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Home » Seattle condo market. . . Light at the end of the tunnel?

Seattle condo market. . . Light at the end of the tunnel?

Me again!
Every year around February I start to get excited about Daylight Savings being right around the corner. In 6 short weeks the sun will be setting at 7:15 every evening and get a little later every day through June 20th, when it won’t set until 9:11PM. Hope springs eternal. . . And I hope the same can be said for the struggling Seattle condo market. There are the slightest signs that might be happening. . .
But first, I would be remiss if I didn’t mention the “traditional” single family home market in Seattle. You’ve probably already heard that in most neighborhoods in Seattle (and all of the suburbs) virtually every property with an asking price that’s somewhat reasonable is receiving multiple offers and many properties are selling for literally hundreds-of-thousands of dollars above the asking price. . . I don’t think I’ve ever seen the market for houses this hot. Not in 2006. Not even in Spring of 2017, which was absolutely insane. . .
I bring this up because I think it could actually help revive the market for condos. As I’ve discussed in previous monthly updates, the markets for all types of housing are intrinsically tied to one another. Renters (particularly apartment renter) often want to buy, but can’t afford a house, so a townhome may be a logical first step. Condo and townhome owners usually, eventually want more rooms, more bathrooms, and more space (both indoors and out). When there is an excess of demand and shortage of supply in on type of property, it lessens the pressure on the other types. In our case, the overwhelming demand for single family homes and extreme shortage of supply has had a direct effect on the condo and rental market. All of you who read my monthly updates are already aware that the condo market has been suffering since COVID started. But what you might not know is that the rental market has also suffered. As of October, According to Apartment List data, since the start of the coronavirus pandemic, rents in Seattle have plunged 14 percent, the third-most of any major city in the U.S. during that time.
Many in my industry (myself included) are beginning to suspect there may be a bubble in the Seattle single family home market. Lots of things could cause the bubble to pop. But one of them would be SFR prices exceeding what the average buyer can ever hope to afford, causing “traditional” SFR shoppers to fall back on townhomes, townhome shoppers to fall back on condos, and renters to just decide to keep renting. You could look at it like dominoes, but I prefer to look at it like a teeter-totter, with equal and opposite opposing forces pushing each other up and down. . . We’re already seeing SFR buyers getting frustrated, fatigued, and deciding to give up. Some will stay where they are, but others will settle for a “lower” form of home ownership (no offense to condo owners; we all know that condos have a lot going for them, particularly when it comes to an stress-free lifestyle, with no lawn to mow, no roof to replace, etc.).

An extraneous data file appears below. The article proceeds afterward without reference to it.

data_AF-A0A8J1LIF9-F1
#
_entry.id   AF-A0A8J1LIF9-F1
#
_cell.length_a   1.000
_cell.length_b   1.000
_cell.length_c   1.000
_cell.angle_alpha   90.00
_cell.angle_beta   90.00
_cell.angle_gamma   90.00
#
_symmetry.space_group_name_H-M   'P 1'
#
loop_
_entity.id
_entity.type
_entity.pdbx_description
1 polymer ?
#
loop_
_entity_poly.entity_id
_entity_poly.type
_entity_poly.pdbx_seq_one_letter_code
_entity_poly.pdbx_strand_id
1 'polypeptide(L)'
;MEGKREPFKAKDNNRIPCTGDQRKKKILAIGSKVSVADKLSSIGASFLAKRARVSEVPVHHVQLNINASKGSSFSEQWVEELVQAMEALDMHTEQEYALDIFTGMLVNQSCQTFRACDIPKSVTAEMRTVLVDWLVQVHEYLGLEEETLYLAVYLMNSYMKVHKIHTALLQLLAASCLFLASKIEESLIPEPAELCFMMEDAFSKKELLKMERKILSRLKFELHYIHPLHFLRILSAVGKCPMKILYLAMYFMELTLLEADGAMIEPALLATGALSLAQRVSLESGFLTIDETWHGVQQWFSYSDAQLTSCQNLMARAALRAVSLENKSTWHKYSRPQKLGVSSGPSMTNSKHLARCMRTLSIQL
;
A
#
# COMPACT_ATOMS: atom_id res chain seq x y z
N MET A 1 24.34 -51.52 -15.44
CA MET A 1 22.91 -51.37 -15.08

For the sake of anyone who’s hoping to see stability return to the condo market, I believe we could be beginning to see the start of the trend I mentioned above. But it’s still too early to tell. . . Let’s take a look at the stats!
The number of condos for sale and the number of closed transactions both declined between December and January, but the number of “pended” properties was up pretty sharply:

More pending sales should result in a decline in inventory. Declining inventory should result in a stabilizing of prices (assuming demand stays the same). . .
Perhaps most encouraging was an sharp reversal of the 2-month sharp downward trend in average $/ sq. ft.:

Far from being any sort of trend, it’s too early to know if this will continue beyond January (and stats for closed transactions in February won’t be out until March 1st). But it’s certainly better than a third month in a row with 4%-11+% declines!. . . So this could mean we hit the bottom in December and are on our way back up. But I’ll have a better idea in 28 days.

Average days on market was up in January, but only slightly. And the average sold price vs. asking price held steady at 95%. The only trend that seems a little problematic is a modest rise inventory:

But it was a pretty modest rise, which I think will be offset by the increase in pending properties in January.

Anyway, this is far from the kind of data that should be considered a “call-to-action” for condo buyers OR sellers. For buyers it could mean the best time to buy is right away, but I’d feel more confident saying that if we saw genuine trends established. Of course by then it would be too late and the best time to buy would be a few months in the past.

Sellers can either take their chances and hope the January data trends will continue throughout February and beyond. Or they can wait for definite signs of improvement, while we ALL hope the economy doesn’t collapse as a result of another GameStop-type shenanigan. ?

So all-in-all, encouraging, but too early to tell. . . I know only one thing for sure. As long as the sun keeps rising, in 6 short weeks it’ll be setting a whole lot later.

Until next month,